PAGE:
The new night courses: from dog washing to hole fixing

 

Economics, forensics, dog-grooming and DIY are just some of the evening courses that are booming in busted Ireland. ANNA CAREYlooks at what we’re learning when the sun goes down

HARRY DOESN’T look very happy. A few minutes ago, the little Maltese dog was cheerfully sitting on a table being brushed by his owner, economics teacher Joanne Whelan. Now he’s in a bath, sopping wet and covered in suds, and looking much smaller without his usual halo of white fur. A few feet away, a recently bathed Cavalier King Charles spaniel called Jodie is having her fur dried with a special hairdryer, while across the room another Cavalier, the cheerful Alex, is having a rather drastic haircut as a group of people look on (“He loves being groomed,” says his owner, Nicola Redmond).

This sort of scene may not be what springs to mind when you hear the words “evening class”. But now it’s possible to find a class in just about everything. The recession may be biting, but people are still eager to learn new skills.

Susan Henry is the director of adult education at Dún Laoghaire College of Further Education, which offers classes in everything from traditional subjects – for instance languages – to more novel ones – such as, yes, dog grooming. She says people do evening classes for many different reasons. “Some are doing it to get out of the house and have a bit of fun after work. Others are upskilling to advance their careers. And some are doing a class that will help them save money in the long run.”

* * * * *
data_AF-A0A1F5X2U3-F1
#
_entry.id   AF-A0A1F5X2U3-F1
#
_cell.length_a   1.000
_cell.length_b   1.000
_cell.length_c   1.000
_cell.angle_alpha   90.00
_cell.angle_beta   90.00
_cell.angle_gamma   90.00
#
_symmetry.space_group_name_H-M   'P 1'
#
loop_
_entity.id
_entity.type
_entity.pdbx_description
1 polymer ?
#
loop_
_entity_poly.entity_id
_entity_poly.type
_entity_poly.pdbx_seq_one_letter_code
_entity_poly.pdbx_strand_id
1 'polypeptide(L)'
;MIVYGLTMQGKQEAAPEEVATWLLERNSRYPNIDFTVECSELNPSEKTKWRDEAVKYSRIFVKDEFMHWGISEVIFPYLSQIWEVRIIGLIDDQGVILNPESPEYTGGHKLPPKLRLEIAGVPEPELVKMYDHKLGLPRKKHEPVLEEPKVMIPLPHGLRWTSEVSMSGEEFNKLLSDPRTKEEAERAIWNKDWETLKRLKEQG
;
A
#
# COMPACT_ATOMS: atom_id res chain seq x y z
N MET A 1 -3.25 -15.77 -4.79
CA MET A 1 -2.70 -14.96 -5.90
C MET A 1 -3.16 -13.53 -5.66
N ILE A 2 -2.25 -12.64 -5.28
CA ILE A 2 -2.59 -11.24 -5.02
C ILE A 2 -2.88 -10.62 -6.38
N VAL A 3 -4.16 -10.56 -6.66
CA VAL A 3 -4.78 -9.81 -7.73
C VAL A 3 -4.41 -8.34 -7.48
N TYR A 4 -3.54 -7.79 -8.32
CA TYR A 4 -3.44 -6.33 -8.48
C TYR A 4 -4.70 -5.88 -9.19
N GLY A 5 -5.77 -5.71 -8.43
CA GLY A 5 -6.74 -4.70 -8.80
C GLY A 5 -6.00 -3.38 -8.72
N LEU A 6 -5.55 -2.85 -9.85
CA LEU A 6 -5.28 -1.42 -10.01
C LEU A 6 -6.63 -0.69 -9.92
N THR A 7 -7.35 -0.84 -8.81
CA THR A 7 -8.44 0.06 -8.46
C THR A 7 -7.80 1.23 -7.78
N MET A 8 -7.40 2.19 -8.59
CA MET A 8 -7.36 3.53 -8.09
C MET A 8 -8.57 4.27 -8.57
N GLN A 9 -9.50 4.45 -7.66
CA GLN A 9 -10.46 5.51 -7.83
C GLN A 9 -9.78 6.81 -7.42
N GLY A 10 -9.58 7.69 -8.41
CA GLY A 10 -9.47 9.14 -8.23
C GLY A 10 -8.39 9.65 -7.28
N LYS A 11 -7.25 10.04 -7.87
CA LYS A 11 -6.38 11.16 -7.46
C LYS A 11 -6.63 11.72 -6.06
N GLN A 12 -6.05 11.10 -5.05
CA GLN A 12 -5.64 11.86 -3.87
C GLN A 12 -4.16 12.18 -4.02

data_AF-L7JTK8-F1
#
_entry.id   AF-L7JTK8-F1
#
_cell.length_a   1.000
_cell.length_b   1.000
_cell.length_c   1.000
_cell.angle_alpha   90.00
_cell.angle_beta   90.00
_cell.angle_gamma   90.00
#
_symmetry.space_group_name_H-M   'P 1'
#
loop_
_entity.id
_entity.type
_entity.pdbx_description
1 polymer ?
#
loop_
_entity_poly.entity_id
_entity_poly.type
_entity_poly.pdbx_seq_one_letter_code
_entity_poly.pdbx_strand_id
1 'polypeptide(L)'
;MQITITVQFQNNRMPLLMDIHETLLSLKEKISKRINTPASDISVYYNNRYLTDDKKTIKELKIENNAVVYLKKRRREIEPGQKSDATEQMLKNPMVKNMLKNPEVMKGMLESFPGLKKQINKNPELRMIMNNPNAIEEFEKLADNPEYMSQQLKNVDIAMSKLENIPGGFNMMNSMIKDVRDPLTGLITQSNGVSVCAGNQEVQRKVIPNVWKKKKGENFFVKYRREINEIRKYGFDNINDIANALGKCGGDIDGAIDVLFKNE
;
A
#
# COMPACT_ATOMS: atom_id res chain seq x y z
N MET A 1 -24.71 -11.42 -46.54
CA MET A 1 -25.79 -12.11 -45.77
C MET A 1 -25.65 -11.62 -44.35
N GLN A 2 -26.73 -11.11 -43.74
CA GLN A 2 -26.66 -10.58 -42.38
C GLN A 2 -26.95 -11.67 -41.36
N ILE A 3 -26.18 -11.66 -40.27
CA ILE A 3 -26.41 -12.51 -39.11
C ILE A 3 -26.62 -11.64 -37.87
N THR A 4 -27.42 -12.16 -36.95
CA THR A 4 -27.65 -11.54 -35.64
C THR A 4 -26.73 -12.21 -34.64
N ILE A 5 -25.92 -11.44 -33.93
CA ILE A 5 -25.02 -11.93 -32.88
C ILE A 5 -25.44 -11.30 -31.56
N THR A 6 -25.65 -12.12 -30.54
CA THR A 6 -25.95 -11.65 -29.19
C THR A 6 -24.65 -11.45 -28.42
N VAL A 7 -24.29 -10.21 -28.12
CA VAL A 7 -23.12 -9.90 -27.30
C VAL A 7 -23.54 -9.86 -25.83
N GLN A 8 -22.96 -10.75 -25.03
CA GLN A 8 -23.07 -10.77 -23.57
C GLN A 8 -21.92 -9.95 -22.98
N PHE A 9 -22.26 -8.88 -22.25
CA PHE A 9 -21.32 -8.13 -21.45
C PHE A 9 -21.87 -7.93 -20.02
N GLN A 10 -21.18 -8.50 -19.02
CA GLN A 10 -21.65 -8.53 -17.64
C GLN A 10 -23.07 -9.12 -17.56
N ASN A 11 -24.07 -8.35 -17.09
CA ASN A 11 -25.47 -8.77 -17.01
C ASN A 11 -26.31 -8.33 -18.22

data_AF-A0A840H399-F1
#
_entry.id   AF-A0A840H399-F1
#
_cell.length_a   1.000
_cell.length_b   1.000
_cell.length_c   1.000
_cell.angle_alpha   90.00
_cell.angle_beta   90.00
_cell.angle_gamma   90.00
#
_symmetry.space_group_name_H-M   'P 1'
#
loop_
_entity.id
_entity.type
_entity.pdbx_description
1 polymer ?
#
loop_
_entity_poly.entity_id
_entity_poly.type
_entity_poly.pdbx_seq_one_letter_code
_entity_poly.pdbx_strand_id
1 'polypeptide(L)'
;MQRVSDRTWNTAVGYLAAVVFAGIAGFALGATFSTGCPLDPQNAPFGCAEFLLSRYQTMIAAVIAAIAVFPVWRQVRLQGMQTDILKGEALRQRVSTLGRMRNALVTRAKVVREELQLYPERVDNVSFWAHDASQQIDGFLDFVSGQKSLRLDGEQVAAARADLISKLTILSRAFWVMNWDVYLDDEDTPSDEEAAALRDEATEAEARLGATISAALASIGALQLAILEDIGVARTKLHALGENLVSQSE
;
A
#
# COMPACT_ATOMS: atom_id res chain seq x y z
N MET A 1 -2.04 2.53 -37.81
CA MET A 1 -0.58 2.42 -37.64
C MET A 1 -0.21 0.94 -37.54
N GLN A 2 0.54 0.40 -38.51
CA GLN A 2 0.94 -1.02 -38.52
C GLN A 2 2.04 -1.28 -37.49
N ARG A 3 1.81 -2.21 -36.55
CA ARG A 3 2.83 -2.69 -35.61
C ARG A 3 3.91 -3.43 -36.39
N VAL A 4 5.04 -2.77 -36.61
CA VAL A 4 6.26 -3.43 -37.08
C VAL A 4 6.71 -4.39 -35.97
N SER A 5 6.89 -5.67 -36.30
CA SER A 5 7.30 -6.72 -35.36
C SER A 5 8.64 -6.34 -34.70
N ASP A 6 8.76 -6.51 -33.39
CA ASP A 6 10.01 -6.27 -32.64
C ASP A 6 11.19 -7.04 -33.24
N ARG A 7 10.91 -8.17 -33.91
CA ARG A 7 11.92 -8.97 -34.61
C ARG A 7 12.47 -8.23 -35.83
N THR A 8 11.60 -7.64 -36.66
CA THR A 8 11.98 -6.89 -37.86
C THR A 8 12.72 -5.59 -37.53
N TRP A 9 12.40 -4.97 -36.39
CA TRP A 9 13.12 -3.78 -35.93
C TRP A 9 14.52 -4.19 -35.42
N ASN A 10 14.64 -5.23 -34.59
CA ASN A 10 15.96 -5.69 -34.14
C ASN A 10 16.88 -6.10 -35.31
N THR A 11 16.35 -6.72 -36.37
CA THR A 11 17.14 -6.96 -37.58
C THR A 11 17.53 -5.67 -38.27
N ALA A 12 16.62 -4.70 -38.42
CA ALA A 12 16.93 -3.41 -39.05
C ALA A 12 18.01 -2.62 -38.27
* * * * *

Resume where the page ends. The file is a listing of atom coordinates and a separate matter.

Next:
Which is where the dog-grooming class comes in. Run by Róisín Hogan of Heavenly Hounds in Blackrock, the class seems lively, sociable and fun, attended by men and women of all ages. Every week, two or three of the students bring in their own dogs and Hogan shows the whole class how to keep the different breeds in trim. Nicola Redmond, who has two dogs, found out about the course thanks to a leaflet that came through her door.

“I was interested in doing an evening class anyway, and this class caught my eye straight away,” she says. “It can cost up to €100 to get two dogs groomed, so it makes sense to learn how to do a bit yourself, just for the upkeep, so you don’t have to get them groomed as often.”